Feb. 26, 2015
Better Button is an add-on asset for Unity's built in UI system.
To use BetterButton effectively, you should be comforatble with coding.
In order to use Better Button, you'll first need to add one to your scene. We recommend you use the GameObject menu (from the toolbar or by right-clicking in the scene hierarchy). Doing so this way will pre-set some of the settings for the Unity Button.
With the menu open, add the button by going to:
Create Other > BetterButton
BetterButton can also be found in the Component Menu under:
Component Menu > Boilerpowered > BetterButton
Below are the public variables that are available to you:
button.scriptWithMethod; // MonoBehaviour, the script that has the method
button.methodToInvoke; // string, the name of the method to invoke
button.methodParameters; // Array, parameters needed for your function, if necessary
button.IsInteractable; // bool, get/set whether the button can be used
button.uiButton; // gets the Unity Button from the gameObject
button.uiText; // gets the Unity Text that is a part of the button
The public functions thare are available are:
button.InvokeMethod() // Invokes the method in the specified script
button.UpdateInvoke() // Update the Unity button's listener
button.UpdateButtonImage( Image image ) // Change the button's image
And that's all you'll need in order to make Unity's Button that much better! We've also included a button in BetterButton's inspector that updates all the
RectTransform components based on the button's image
To change the script with a method and the method to invoke, you could do something like this:
void SetButtonMethod( BetterButton button, MonoBehaviour script, string method )
if ( button != null )
button.scriptWithMethod = script;
button.methodToInvoke = method;
//This must be called whenever the script or method has changed
To change the text of the button:
button.uiText.text = "BetterButton";
methodParameters, we must first have a class that will hold the parameter. Let's say we want a string, so we create a class called StringParameter that contains the following:
public string text = "";
Once the class has been made and added to the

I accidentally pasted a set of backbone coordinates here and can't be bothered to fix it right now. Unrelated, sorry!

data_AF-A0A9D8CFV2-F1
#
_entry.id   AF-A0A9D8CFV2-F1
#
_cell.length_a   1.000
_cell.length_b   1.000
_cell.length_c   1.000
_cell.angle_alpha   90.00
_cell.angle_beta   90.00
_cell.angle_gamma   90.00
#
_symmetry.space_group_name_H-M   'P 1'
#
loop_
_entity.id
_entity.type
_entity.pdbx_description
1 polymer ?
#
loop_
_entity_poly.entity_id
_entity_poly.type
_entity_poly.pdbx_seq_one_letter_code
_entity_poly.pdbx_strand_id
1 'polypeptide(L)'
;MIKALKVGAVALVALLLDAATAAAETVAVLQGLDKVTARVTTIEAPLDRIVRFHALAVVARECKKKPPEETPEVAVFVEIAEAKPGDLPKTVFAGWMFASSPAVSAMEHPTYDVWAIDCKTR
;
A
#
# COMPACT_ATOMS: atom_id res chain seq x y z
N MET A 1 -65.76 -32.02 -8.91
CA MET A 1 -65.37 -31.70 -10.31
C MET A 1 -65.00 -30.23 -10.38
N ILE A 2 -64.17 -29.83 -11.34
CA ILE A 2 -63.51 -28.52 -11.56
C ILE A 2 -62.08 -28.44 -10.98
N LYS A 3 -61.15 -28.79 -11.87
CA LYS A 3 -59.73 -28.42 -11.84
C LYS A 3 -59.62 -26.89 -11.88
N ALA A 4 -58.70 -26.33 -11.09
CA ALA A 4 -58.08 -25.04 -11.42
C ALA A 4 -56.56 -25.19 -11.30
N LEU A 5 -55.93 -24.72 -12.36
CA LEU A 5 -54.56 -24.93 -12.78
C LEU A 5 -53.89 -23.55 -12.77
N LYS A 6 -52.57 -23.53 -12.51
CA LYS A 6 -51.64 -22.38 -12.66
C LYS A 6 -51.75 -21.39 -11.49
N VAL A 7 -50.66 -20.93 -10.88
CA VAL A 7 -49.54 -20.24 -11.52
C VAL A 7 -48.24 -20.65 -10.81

methodParameters array, we can get the value of the parameter with a function like this:
public string GetString( object parameters, int index )
if ( parameters == null || parameters.Length == 0 )
return ( (StringParameter)parameters[index] ).text;
We can then use the above function to actually do something with the value of the parameter, like so:
public void UseParameter()
string test = "";
if ( button != null )
test = GetString( button.methodParameters, 0 );
//Do something with the string
Mar. 3, 2015
Source Code: v3.4
Menu Navigation is a transform-based navigation solution for custom menus in Unity3D. It's been created to make it easy to highlight menu items when using a controller or keyboard.
It is very easy to add and remove buttons to highlight but you'll need to be able to code in order to make the most of of Menu Navigation.
In order to start using Menu Navigation, you must add the component to a game object in your scene. You can find the component under:
Component Menu > Boilerpowered > MenuNavigation
After adding the component, you should make sure you've added set the
Button Highlight field in the inspector. This is what will be displayed around your buttons.
To add buttons to Menu Navigation, you'll need to set up the rows and columns you want to navigate with. How you set this up depends on what you've set
Direction to. If you plan to use
Horizontal, you only need one row with however many columns you wish. If you plan to use
Both, you'll have to add multiple rows and each row needs to have it's own set of columns added to it.
To add/remove a row, use the plus or minus button next to the bold
Rows text. To add/remove a column to a row, use the plus or minus button next to the row element's name, which looks like
Row 0, for example.
All you are required to do at this point is to drag the transform of your buttons into each of the column fields.
As mentioned before, in order to make the most of Menu Navigation, you'll have to set what the position of the highlight will do in code. Below are the public variables that are always available to you:
nav.direction; // enum, set which direction to navigate in
nav.wrapHighlight; // bool, set whether to wrap the highlight
nav.invert; // bool, invert navigation controls
nav.canUse; // bool, set whether to update the highlight and get input
nav.ColumnIndex; // int, current column in a row
nav.RowIndex; // int, current row
nav.TableIndex; // int, unique index of a button in the array
nav.buttonPosition; // int, same as TableIndex
Before moving on, it's worth taking a moment to explain what
TableIndex is. So let's say you have an array of buttons like below:
[0,0], [0,1], [0,2], [0,3], [0,4], [0,5]
[1,0], [1,1], [1,2], [1,3], [1,4], [1,5]
[2,0], [2,1], [2,2], [2,3], [2,4], [2,5]